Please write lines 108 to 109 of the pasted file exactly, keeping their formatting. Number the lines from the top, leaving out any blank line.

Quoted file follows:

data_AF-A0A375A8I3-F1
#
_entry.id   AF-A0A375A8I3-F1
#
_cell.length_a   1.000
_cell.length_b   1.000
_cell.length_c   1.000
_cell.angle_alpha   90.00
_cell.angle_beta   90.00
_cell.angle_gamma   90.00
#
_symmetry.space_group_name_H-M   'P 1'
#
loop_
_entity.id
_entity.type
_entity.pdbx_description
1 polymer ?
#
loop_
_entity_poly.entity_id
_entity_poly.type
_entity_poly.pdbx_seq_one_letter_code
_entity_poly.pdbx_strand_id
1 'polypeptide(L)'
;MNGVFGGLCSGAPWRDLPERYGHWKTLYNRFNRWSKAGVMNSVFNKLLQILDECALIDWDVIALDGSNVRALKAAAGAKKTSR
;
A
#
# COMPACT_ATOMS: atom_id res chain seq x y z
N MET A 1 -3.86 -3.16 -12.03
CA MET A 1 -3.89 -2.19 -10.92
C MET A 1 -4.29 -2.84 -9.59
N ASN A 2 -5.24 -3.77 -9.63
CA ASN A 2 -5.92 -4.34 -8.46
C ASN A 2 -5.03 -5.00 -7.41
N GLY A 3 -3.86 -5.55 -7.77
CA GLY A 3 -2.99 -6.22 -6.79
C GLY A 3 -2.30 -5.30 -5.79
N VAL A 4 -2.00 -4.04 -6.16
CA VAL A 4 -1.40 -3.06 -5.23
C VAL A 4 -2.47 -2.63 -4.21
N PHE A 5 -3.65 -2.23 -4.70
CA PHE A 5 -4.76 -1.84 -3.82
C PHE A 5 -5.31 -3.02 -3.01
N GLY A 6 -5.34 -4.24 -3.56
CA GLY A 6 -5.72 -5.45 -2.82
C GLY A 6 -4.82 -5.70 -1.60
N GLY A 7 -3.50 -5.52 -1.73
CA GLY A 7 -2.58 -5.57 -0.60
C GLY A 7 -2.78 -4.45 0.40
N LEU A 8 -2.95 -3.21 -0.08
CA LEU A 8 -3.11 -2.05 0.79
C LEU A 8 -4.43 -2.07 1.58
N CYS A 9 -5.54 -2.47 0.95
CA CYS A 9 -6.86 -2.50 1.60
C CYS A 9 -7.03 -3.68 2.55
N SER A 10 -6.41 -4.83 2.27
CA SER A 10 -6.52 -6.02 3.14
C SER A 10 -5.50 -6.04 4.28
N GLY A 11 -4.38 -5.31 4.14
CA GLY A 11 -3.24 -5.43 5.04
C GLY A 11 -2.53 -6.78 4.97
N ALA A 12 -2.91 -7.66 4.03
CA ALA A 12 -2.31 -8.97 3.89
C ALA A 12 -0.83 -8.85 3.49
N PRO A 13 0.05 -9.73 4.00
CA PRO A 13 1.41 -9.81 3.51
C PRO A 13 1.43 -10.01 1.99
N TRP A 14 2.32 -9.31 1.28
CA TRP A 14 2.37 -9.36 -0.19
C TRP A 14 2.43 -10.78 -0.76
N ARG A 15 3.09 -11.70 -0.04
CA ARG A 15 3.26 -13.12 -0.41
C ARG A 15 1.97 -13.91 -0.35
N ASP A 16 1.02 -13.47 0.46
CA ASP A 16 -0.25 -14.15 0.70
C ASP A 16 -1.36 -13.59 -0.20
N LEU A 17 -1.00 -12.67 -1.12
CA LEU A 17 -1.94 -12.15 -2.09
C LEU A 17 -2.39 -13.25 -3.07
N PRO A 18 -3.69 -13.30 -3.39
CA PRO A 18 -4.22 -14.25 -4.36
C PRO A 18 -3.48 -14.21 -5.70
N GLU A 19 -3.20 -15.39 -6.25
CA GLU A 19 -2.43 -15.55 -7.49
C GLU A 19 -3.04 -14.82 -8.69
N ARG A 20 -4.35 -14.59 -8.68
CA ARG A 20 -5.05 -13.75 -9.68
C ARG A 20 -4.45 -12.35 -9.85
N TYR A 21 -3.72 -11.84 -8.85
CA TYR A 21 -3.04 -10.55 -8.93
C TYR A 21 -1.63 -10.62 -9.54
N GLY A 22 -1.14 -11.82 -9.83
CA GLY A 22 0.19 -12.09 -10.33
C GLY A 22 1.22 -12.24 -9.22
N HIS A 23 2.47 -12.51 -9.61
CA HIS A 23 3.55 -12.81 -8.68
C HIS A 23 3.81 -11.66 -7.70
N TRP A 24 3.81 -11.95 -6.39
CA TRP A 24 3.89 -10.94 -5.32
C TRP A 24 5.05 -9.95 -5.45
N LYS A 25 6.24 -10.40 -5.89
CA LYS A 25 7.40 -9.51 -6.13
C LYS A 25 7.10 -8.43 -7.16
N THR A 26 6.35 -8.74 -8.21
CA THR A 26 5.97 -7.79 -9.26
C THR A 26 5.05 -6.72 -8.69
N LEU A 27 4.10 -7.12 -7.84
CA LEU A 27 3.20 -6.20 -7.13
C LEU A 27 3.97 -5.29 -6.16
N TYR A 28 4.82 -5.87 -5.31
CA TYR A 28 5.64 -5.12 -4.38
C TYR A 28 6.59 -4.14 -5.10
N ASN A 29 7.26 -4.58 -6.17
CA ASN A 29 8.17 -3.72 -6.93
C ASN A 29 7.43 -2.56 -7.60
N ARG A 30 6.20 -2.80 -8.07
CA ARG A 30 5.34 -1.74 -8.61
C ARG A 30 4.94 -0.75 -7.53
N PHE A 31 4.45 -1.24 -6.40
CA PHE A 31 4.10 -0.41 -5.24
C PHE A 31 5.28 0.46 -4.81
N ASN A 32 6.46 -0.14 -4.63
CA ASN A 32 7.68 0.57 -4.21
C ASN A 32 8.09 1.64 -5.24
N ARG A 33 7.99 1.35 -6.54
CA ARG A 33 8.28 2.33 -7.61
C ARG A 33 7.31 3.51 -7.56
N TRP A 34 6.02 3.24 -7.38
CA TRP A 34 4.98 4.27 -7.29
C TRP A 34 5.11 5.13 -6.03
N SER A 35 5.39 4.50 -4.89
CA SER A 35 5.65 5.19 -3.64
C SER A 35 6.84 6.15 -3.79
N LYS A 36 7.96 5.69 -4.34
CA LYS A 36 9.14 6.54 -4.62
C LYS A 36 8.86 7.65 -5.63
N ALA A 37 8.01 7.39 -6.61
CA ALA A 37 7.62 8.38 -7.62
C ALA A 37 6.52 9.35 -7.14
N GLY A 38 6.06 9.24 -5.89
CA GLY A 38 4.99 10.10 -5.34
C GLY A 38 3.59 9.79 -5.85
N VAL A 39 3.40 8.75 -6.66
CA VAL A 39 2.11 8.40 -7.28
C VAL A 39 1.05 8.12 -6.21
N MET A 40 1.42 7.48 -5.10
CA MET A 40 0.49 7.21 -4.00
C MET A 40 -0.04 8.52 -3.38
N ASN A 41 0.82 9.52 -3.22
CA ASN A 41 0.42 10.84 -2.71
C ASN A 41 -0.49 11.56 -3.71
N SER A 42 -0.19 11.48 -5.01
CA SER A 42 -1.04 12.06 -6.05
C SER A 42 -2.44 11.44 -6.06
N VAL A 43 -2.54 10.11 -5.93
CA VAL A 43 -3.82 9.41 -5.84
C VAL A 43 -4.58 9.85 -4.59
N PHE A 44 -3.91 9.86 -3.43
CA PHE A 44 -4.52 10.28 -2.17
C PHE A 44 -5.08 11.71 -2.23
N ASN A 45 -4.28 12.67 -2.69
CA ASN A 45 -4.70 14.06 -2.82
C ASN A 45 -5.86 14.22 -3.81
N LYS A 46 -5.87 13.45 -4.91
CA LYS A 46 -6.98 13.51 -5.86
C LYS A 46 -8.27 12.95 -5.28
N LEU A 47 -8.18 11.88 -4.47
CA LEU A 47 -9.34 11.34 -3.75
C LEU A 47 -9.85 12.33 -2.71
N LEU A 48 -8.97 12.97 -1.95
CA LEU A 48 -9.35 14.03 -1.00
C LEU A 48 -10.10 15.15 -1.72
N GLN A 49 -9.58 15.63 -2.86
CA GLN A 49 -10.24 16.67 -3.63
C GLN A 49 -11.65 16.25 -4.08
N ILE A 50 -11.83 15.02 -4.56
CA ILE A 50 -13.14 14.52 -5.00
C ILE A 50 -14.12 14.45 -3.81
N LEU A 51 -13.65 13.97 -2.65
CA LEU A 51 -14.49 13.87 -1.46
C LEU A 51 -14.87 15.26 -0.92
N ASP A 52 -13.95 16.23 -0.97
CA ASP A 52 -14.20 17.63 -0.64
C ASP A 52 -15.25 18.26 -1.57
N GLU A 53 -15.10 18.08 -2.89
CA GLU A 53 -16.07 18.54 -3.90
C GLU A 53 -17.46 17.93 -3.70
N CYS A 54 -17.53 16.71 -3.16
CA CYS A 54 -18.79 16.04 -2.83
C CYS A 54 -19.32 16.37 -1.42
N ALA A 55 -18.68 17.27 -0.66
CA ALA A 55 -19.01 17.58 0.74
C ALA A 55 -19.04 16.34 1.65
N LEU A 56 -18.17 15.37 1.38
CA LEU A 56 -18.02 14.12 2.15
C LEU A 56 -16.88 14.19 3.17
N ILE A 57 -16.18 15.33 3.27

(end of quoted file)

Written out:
C THR A 26 5.05 -6.72 -8.69
N LEU A 27 4.10 -7.12 -7.84